"I can find common ground for those who oppose the Paris Accords," he said. "Because, for example, they might say, 'It's not going to work. We can't get everybody to cooperate.' They might say, 'It's more important for us to provide cheap energy for the poor, even if it means in the short term that there's more pollution.' At least I can have a debate with them about that, and I can show them why I think clean energy is the better path, especially for poor countries. That you can leap-frog old technologies. I can't find common ground if somebody says, 'Climate change is just not happening' when almost all the world's scientists tell us it is."

Photo by Gianluigi Guercia/AFP/Getty Images.

3. "We have to stop pretending that countries that hold an election where the winner somehow magically gets 90% of the vote ... is a democracy."

Democracy is a fragile thing, and we can't take it for granted. Too often, even now, countries host sham elections that make it all but impossible for the government's chosen candidates to lose. This is a democracy in name only, and it's time we stopped accepting this version of rule.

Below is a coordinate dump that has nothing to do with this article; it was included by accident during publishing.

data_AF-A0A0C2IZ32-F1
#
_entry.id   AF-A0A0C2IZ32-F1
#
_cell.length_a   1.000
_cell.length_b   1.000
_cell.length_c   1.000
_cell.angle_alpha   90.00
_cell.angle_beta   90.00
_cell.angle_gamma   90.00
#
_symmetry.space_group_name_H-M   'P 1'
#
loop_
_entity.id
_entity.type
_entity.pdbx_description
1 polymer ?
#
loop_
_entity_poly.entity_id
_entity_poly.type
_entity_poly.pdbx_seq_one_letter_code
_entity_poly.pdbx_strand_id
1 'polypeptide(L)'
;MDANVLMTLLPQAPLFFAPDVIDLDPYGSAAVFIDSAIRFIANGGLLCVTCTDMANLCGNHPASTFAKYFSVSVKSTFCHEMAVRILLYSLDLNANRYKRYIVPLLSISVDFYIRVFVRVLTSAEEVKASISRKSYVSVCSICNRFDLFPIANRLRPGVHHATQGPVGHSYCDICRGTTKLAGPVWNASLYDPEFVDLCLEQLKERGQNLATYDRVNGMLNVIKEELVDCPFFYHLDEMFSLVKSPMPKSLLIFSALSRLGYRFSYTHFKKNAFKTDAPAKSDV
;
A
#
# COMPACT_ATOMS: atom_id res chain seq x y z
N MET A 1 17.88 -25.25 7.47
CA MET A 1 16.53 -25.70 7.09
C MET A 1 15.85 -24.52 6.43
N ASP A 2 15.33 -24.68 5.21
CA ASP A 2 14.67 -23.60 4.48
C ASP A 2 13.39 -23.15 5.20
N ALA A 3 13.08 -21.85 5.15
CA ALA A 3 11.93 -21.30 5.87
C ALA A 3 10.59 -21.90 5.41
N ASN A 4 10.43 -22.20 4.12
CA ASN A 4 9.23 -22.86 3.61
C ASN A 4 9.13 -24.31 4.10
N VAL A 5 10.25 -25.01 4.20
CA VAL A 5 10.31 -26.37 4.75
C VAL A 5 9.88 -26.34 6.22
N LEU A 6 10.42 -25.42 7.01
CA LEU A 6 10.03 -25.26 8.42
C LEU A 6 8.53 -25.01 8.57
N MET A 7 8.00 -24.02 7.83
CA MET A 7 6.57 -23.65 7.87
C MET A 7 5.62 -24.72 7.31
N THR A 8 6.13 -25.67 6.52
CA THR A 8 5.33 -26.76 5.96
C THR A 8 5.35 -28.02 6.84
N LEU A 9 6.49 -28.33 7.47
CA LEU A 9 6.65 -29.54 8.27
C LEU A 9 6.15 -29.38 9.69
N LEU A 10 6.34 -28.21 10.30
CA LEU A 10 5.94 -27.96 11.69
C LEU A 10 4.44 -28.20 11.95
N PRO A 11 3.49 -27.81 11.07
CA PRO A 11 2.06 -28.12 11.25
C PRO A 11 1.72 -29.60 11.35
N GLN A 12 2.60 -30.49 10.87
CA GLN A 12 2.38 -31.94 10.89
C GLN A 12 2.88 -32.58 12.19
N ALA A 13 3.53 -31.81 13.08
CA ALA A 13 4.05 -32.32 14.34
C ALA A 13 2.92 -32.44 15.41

"Democracy depends on strong institutions. It's about minority rights and checks and balances and freedom of speech and freedom of expression and a free press and the right to protest and petition the government and an independent judiciary, and everybody having to follow the law."

4. "I am not being alarmist. I'm simply stating the facts."

There is a lot happening in the world that we should be worried about, and there will be people who try to make you feel like you're delusional for noticing it. The truth is that if we want to actually address the problem, we have to first acknowledge that it exists. Putting our heads in the sand won't save us.

"Look around — strongman politics are ascendant, suddenly, whereby elections and some pretense of democracy are (maintaining) the form of it, where those in powers seek to undermine every institution or norm that gives democracy meaning," he said, noting that the spread of these political actors is moving "at a pace that would have seemed unimaginable just a few years ago."

Photo by Marco Longari/AFP/Getty Images.

5. "We now stand at a crossroads."